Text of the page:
When it comes to developing treatments, that as well as depending on the culture, tradition, target market and each country’s healing history, in our spa at Grand Hôtel in Stockholm we have developed a authentic Nordic spa experience, whereas for Taj hotels when creating the Jiva brand, we worked with Ayurvedic doctors’s and chose to work with only Indian treatments. Then again, for Atlantis in Dubai it was more a world wide experiential aquatic theme. We work with a number of strategies, ranging from the more traditional market analysis, to brainstorming, meditating and thinking completely out of the box, creating the perfect fit and further something unique for that exact spa.

Thermal waters and muds are more and more used at SPAs worldwide. What are the main differences between treatments based on thermal waters and treatments based on muds?

They have similar properties, their traits are derived from the earth. Whereas thermal water is identified as a hot water with composition rich in salts, iodine and gases, muds are product of natural decomposition of multitudes of plants under special conditions. They work in different ways and are often used in a combination, with great success. The water is good for the respiratory system, skin conditions and the muds strengthens the immune system, improves circulations, and relieves pain.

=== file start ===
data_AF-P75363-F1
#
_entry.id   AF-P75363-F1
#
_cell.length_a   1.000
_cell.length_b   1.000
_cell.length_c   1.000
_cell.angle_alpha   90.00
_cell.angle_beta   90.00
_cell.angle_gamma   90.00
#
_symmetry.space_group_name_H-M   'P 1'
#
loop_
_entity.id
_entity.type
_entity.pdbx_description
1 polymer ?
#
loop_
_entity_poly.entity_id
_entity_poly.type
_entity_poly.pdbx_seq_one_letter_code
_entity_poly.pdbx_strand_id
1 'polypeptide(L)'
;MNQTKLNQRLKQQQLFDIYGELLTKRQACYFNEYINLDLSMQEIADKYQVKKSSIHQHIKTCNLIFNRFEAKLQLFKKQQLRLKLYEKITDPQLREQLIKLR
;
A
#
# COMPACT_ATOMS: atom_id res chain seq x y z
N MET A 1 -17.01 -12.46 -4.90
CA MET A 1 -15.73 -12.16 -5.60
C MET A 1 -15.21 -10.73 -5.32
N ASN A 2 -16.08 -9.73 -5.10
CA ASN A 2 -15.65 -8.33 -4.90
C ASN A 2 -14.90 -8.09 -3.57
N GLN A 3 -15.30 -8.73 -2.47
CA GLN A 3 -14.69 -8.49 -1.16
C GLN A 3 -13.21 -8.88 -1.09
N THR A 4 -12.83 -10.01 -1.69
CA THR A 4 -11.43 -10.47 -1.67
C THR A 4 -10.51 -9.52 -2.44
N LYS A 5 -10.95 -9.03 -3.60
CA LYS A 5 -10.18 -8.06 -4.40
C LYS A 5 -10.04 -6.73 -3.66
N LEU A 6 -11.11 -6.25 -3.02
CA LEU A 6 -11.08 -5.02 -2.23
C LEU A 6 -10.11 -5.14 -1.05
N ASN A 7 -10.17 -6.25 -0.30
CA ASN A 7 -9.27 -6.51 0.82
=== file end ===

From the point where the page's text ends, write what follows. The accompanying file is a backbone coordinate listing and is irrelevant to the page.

What projects are you currently working on? Which are their common features?

We are working with a number of exciting projects, for example Baccarat Spa in Rabat, Morocco, Away spa for W in Verbier, 2 stand alone 3000sqm day spa and clubs in Riyadh, an Auriga spa in Singapore and another 10 something projects. They all have their different traits, ranging from crystals, moon phases, Nordic avant garde, seasonal to European concepts.

The common features are the quality in which the staff is trained. We devote 4 weeks of pre opening training, while also having our Operations Manager on site to support and opening the spa. Thi si about double compared with our competitors, and of course train in massage with the aim of growing people. First we grow the actual staff delivering the experience, and these can then in turn enhance the lives of the guest.

Which is your number one every day motivation which drives your passion for wellness ?

The ability that I have by doing my part to enhance peoples lives, simply to grow people. That gives me the absolute greatest fulfillment in life, when I see a person grow either physically, mentally, emotionally and/or spirituality. This is what spas can do, it enhances people’s lives, and there is no one right science, each person is treated differently depending on their needs and wants and the results are astounding.

For me personally, to meditate every day is the basis of my wellness, and then try to eat healthy and work out at least 3-5 days a week and couple that with emotional wellness through children, spouse and friends. Spas has taught me to live a more balanced life.